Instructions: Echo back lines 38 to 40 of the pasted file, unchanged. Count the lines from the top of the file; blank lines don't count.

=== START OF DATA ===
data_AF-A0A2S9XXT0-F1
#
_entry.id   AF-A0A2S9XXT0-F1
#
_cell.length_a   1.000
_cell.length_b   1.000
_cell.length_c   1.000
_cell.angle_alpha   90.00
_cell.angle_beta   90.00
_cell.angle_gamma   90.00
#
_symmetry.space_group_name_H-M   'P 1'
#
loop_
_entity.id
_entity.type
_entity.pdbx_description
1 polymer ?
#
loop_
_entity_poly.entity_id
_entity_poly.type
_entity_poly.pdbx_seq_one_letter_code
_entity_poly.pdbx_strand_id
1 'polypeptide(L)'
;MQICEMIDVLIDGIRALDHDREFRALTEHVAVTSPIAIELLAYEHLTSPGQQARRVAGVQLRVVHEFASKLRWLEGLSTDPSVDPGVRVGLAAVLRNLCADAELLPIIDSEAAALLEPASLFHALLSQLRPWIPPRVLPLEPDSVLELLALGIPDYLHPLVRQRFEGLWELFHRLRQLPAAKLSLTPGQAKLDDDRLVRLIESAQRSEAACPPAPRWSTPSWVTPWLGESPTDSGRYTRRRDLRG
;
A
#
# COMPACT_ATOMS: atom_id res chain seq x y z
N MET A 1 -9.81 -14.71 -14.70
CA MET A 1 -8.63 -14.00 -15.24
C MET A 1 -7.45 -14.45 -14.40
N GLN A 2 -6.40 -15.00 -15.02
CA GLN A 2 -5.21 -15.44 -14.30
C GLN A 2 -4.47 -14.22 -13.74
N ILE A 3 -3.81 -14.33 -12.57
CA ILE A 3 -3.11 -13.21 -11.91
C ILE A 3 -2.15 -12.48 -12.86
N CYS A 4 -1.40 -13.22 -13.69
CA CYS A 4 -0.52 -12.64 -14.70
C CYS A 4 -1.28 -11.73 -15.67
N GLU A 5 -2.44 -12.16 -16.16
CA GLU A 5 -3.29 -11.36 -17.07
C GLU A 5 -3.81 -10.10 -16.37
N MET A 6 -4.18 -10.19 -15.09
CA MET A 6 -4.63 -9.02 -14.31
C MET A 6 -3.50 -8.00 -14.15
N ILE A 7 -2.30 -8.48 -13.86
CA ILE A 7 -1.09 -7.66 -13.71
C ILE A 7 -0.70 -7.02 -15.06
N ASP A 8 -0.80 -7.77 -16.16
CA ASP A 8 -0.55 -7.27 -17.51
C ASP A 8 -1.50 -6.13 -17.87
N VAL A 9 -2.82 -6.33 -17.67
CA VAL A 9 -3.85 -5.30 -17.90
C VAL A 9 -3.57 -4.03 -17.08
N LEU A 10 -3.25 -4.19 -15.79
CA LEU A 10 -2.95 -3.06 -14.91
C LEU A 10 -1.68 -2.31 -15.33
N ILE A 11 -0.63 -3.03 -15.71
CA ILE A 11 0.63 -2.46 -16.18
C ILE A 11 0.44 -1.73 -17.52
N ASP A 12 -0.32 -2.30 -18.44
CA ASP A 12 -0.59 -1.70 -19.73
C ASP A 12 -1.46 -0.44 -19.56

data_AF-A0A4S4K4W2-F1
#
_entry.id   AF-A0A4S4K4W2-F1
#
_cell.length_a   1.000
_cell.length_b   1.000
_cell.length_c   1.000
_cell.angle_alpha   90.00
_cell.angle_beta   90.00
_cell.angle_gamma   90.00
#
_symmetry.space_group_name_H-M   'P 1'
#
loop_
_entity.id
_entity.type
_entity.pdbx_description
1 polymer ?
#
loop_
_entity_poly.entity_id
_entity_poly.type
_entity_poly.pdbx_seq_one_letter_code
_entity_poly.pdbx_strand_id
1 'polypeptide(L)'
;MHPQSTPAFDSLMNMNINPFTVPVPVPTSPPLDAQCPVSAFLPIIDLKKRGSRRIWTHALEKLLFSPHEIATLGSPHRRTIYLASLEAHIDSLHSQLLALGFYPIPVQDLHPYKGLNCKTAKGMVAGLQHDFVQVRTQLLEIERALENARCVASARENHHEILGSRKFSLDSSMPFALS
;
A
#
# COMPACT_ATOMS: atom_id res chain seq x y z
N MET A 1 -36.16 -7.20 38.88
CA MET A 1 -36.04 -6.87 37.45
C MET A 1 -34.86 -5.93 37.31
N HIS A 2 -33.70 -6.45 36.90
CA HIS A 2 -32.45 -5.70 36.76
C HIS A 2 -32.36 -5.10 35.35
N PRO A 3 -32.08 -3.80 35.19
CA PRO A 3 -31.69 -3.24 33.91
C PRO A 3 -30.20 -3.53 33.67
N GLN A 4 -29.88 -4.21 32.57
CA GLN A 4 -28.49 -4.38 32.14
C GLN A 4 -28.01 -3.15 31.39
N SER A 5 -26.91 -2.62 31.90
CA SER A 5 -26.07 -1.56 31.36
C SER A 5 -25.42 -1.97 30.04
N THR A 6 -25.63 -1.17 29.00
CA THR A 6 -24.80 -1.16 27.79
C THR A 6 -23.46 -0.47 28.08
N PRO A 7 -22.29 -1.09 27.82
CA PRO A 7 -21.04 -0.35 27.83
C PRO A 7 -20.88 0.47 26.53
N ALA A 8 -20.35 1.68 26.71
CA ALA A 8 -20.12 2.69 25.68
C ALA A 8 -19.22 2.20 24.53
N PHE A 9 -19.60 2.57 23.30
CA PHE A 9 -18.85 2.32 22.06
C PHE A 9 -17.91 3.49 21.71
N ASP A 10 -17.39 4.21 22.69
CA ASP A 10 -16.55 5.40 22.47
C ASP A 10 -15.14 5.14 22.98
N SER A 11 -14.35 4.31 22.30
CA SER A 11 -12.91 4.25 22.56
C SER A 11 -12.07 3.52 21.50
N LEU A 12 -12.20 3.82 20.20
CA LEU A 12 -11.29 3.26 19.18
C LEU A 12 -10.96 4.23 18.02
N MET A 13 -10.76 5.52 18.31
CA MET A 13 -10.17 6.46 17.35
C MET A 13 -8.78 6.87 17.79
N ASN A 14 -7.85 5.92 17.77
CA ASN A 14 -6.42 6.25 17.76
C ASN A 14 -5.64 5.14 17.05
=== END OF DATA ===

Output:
CA ILE A 3 -3.11 -13.21 -11.91
C ILE A 3 -2.15 -12.48 -12.86
N CYS A 4 -1.40 -13.22 -13.69